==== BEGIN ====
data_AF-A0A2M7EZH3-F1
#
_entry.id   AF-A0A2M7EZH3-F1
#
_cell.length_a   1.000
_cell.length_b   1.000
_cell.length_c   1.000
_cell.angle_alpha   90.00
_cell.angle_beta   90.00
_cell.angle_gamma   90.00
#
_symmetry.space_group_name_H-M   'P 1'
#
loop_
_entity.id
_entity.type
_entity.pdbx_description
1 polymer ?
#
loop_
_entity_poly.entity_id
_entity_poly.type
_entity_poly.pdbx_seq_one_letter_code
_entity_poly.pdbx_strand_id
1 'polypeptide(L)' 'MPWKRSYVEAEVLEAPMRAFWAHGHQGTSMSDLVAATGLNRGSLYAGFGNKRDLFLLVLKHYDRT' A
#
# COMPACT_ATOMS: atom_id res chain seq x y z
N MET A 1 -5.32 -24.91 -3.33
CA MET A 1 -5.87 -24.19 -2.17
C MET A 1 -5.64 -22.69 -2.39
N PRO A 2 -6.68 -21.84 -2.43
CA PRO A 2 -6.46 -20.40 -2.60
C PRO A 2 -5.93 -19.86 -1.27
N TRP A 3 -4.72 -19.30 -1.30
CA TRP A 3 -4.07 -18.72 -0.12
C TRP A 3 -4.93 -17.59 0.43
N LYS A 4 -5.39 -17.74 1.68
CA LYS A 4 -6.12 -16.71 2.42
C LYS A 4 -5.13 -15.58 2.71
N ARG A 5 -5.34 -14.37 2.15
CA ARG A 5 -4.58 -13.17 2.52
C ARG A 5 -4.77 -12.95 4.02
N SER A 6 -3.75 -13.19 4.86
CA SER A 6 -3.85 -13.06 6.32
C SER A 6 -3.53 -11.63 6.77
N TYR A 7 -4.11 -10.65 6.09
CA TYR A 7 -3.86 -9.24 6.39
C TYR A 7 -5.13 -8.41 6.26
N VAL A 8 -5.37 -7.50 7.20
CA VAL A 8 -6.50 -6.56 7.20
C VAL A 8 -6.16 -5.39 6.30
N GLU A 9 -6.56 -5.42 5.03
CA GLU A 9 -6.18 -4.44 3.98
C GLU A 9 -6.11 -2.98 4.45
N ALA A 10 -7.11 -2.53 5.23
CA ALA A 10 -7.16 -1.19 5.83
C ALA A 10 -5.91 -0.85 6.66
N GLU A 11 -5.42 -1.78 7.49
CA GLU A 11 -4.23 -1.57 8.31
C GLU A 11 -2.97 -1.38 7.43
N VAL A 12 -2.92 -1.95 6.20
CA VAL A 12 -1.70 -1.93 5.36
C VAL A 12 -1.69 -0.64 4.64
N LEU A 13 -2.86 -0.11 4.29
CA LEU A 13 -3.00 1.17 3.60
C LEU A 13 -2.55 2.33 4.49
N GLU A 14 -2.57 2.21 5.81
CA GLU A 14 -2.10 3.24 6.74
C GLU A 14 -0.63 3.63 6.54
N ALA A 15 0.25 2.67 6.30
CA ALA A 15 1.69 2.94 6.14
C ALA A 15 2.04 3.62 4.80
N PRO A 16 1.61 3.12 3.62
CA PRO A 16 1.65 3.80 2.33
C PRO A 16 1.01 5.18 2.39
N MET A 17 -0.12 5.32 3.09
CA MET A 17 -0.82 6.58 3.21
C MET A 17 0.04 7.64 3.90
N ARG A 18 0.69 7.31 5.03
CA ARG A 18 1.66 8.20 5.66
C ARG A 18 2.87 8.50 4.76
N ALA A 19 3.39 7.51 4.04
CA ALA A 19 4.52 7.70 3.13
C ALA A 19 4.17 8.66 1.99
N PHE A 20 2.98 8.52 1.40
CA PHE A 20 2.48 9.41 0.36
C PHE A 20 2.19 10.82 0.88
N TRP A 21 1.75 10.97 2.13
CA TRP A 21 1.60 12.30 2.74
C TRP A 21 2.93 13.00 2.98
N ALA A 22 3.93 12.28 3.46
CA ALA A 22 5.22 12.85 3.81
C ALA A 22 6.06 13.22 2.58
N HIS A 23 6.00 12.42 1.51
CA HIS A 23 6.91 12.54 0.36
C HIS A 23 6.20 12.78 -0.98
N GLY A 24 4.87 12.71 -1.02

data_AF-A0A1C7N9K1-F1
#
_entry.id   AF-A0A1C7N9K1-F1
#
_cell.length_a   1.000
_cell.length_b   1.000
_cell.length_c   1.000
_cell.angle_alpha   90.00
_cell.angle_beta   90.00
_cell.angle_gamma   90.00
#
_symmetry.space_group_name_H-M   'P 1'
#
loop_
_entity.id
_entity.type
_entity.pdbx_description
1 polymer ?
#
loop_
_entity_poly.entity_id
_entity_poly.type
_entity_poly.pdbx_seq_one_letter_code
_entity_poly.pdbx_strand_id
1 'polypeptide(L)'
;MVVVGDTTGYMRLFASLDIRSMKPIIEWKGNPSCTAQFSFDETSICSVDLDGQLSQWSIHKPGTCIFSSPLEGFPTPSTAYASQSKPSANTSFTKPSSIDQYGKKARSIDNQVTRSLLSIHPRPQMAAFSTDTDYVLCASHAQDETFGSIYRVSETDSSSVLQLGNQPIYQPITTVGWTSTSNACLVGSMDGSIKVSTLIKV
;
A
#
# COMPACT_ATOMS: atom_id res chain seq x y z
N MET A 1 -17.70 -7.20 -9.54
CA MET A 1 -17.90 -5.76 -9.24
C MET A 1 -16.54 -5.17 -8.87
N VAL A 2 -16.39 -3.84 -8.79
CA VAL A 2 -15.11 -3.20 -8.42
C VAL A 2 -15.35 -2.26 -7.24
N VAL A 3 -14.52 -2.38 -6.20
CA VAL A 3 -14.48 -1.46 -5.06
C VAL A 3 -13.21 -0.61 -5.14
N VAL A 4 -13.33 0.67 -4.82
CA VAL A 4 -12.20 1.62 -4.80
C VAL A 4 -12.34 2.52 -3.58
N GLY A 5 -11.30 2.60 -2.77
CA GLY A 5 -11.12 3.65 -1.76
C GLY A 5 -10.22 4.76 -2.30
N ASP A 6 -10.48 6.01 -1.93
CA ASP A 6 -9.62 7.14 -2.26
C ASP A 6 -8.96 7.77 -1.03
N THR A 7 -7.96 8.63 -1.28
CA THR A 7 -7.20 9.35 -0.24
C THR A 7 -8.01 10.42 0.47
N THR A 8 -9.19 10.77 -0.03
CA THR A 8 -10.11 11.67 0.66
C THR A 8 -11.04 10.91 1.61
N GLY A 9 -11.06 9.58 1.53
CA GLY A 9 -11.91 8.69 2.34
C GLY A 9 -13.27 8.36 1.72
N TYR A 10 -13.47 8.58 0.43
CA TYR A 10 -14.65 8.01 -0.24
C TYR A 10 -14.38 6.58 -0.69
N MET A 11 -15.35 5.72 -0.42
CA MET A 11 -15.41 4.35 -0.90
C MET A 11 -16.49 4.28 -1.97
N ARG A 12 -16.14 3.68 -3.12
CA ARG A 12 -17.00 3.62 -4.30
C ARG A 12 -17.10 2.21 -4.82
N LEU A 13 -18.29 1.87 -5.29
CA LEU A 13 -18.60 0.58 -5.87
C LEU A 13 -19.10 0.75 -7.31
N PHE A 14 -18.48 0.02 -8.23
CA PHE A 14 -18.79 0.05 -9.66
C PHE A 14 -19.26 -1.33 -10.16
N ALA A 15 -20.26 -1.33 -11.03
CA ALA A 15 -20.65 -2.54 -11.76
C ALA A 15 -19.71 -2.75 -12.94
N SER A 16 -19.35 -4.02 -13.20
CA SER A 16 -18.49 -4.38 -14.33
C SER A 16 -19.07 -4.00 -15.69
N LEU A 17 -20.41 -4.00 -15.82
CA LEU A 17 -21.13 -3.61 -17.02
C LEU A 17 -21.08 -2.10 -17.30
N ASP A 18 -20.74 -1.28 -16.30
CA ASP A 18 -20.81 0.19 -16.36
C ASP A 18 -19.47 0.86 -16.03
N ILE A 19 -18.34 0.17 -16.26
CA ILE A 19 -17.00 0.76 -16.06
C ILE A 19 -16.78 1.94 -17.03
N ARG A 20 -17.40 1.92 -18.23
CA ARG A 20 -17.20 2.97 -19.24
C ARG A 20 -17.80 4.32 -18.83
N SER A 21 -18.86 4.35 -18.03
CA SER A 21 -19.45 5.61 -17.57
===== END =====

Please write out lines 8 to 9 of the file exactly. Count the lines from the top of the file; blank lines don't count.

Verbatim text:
_cell.angle_alpha   90.00
_cell.angle_beta   90.00